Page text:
I see that many people are discussing anti-stat materials. Essentially for something to be considered anti-stat, it must conduct electricity. This keeps potentials (voltage) from developing between contacts. If all the contacts are kept at the same potential, then no current will flow between contacts inside the semi-conductor. Using insulators like regular styrofoam allow potential to exist between the contacts. Should the potential be great enough to find a path of conductance through the semi-conductor, this is when damage to the semi-conductor occurs. If you could ground all the pins to one another, that would be the best protection. Materials like anti-stat foam (used to press the legs of IC's into for shipping) have fairly low resistance. I just measured a piece in my lab, putting the leads 1" apart, the resistance is under 2K ohms. So as you can imagine, the pins of an IC are very close together (much closer than 1") so the effective resistance between contacts is very low.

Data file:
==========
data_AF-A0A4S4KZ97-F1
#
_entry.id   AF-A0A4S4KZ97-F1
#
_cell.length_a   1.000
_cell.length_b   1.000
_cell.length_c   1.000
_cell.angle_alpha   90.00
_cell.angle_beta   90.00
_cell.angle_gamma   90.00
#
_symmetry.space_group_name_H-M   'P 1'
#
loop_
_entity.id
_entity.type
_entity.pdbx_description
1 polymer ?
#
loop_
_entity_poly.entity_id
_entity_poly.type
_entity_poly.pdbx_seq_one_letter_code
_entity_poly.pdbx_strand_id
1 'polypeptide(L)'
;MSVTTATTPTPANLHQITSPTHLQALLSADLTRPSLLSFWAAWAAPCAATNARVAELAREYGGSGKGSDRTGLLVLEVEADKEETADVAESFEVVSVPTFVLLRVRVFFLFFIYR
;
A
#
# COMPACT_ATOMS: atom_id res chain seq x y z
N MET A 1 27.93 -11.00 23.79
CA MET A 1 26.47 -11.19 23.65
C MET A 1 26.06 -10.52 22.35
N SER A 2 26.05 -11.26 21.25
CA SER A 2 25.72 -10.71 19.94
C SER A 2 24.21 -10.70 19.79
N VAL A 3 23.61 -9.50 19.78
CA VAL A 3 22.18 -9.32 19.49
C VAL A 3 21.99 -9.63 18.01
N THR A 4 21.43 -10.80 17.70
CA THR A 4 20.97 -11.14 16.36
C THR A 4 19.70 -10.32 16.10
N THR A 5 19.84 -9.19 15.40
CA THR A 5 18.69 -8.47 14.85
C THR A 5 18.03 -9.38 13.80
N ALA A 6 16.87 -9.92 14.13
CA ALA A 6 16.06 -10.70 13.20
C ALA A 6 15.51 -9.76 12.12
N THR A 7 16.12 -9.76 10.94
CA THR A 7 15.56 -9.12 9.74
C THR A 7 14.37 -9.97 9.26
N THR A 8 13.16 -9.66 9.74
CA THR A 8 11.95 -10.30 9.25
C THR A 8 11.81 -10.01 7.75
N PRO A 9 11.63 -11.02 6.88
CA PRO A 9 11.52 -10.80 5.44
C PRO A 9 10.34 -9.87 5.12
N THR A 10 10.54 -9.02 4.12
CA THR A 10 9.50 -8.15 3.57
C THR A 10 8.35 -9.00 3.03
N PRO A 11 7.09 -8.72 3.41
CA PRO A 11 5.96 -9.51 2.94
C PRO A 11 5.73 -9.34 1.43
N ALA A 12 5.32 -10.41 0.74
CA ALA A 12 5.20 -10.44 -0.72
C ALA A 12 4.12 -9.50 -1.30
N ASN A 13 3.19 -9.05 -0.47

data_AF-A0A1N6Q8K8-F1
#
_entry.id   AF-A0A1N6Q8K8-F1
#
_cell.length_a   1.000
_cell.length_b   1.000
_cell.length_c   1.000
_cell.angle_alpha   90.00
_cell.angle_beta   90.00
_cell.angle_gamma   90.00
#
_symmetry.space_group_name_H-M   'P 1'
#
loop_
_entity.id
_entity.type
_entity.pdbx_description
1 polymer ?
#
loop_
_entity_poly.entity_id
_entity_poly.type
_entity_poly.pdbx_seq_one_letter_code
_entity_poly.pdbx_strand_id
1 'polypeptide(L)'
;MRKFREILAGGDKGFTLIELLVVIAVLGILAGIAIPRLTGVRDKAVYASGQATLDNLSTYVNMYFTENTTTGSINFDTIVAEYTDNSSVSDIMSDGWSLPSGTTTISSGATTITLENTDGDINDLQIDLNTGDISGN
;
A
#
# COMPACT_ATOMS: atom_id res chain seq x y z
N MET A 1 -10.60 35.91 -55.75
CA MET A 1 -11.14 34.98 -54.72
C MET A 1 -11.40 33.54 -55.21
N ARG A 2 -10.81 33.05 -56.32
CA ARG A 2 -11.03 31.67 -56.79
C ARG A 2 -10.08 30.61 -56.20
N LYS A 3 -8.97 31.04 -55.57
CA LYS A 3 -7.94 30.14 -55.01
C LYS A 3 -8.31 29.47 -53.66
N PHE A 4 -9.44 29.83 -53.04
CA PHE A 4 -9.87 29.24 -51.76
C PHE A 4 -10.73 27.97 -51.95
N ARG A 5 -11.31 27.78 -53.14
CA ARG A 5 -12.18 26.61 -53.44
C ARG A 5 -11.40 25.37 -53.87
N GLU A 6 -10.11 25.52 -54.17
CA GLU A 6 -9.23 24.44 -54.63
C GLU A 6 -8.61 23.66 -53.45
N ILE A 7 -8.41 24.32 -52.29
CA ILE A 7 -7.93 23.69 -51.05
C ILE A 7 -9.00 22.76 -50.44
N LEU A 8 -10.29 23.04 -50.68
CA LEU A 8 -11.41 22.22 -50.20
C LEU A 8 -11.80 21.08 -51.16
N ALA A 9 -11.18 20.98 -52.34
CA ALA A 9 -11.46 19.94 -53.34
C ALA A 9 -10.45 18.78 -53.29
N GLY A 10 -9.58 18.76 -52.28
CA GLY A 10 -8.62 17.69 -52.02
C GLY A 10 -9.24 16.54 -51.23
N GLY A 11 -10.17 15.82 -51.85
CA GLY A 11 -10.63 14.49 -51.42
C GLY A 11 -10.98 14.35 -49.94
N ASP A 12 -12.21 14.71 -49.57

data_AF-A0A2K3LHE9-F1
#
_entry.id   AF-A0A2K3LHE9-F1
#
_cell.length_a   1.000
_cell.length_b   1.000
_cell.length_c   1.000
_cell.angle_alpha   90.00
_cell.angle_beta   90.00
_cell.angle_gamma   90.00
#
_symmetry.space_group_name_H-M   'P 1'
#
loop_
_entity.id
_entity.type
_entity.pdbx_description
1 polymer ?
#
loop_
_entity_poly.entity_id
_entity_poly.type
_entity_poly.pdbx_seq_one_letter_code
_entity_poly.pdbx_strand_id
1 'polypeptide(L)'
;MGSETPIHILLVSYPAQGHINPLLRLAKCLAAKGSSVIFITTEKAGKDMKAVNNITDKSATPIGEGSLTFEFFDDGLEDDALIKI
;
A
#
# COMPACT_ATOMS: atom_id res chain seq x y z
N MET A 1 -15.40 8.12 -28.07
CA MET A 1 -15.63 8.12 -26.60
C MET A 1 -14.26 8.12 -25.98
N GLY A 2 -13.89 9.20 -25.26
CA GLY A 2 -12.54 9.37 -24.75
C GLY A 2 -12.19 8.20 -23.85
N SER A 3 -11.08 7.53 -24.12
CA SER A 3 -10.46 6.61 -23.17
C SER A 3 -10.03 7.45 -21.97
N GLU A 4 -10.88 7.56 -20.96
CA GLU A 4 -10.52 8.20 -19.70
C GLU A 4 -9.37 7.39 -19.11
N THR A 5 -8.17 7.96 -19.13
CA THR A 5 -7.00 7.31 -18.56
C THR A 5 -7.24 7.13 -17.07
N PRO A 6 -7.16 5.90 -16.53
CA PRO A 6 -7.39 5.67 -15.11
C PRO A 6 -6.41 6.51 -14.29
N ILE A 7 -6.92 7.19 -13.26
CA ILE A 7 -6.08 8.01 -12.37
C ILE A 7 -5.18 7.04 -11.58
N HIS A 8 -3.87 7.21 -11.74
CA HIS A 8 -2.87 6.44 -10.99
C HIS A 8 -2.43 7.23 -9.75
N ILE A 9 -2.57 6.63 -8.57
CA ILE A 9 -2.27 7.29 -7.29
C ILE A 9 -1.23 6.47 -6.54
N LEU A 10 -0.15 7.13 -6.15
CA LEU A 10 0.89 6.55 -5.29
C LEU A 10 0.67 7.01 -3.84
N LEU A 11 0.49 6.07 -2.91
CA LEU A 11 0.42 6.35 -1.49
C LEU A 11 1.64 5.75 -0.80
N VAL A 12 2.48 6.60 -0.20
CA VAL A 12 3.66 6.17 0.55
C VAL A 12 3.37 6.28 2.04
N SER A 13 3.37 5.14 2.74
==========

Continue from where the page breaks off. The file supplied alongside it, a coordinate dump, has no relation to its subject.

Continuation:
A lot has been said about using anti-stat materials and being ESD safe. I have been working in the field of electronics for years and I have not been able to conclude that static electricity has damaged any semiconductor that I have worked with. That said I think caution is advised considering the expense of the items we are discussing. Many people use compressed air in some form or other to clean their computers. Guess what? Plain compressed air is a huge creator of static. Many of you have used it though and not had any problems (as have I). Compressed air sold in the can sold for cleaning electronics usually has some sort of liquid or additive that conducts slightly, keeping static from developing. Of course this additive needs to evaporate quickly and not leave a residue behind for obvious reasons.